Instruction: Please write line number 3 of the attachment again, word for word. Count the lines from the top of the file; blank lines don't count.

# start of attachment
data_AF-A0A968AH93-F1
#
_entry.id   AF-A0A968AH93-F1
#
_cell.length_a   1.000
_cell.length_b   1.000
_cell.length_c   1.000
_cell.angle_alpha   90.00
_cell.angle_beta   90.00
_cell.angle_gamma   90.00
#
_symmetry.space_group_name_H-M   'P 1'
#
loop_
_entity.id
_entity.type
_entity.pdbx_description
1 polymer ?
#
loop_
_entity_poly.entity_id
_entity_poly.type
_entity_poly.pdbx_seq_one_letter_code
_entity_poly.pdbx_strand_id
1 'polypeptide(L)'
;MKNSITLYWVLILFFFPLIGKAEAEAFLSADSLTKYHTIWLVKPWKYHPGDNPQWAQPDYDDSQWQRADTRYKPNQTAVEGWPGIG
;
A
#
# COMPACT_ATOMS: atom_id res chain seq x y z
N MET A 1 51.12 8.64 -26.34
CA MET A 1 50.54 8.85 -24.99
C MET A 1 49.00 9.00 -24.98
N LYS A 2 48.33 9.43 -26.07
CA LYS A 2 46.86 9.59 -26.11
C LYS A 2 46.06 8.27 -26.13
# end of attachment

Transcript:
_entry.id   AF-A0A968AH93-F1